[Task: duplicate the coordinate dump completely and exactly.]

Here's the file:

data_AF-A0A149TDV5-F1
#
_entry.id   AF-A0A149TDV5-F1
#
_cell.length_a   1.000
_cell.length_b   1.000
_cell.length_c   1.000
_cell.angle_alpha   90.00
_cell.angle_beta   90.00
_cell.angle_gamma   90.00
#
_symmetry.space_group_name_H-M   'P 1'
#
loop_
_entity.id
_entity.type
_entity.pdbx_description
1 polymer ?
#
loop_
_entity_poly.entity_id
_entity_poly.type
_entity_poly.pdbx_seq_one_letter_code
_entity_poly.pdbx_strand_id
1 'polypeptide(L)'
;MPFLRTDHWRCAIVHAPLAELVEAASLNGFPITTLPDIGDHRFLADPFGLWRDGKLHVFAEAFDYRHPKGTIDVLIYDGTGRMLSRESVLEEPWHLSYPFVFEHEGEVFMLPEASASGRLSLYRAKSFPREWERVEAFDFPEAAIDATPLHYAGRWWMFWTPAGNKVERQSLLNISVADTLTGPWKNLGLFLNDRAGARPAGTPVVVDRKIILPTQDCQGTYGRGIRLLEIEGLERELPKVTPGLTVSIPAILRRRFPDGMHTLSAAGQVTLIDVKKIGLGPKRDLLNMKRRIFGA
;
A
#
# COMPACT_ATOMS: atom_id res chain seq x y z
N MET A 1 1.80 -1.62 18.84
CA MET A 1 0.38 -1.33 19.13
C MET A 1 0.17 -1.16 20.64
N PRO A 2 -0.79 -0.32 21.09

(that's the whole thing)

data_AF-A0A149TDV5-F1
#
_entry.id   AF-A0A149TDV5-F1
#
_cell.length_a   1.000
_cell.length_b   1.000
_cell.length_c   1.000
_cell.angle_alpha   90.00
_cell.angle_beta   90.00
_cell.angle_gamma   90.00
#
_symmetry.space_group_name_H-M   'P 1'
#
loop_
_entity.id
_entity.type
_entity.pdbx_description
1 polymer ?
#
loop_
_entity_poly.entity_id
_entity_poly.type
_entity_poly.pdbx_seq_one_letter_code
_entity_poly.pdbx_strand_id
1 'polypeptide(L)'
;MPFLRTDHWRCAIVHAPLAELVEAASLNGFPITTLPDIGDHRFLADPFGLWRDGKLHVFAEAFDYRHPKGTIDVLIYDGTGRMLSRESVLEEPWHLSYPFVFEHEGEVFMLPEASASGRLSLYRAKSFPREWERVEAFDFPEAAIDATPLHYAGRWWMFWTPAGNKVERQSLLNISVADTLTGPWKNLGLFLNDRAGARPAGTPVVVDRKIILPTQDCQGTYGRGIRLLEIEGLERELPKVTPGLTVSIPAILRRRFPDGMHTLSAAGQVTLIDVKKIGLGPKRDLLNMKRRIFGA
;
A
#
# COMPACT_ATOMS: atom_id res chain seq x y z
N MET A 1 1.80 -1.62 18.84
CA MET A 1 0.38 -1.33 19.13
C MET A 1 0.17 -1.16 20.64
N PRO A 2 -0.79 -0.32 21.09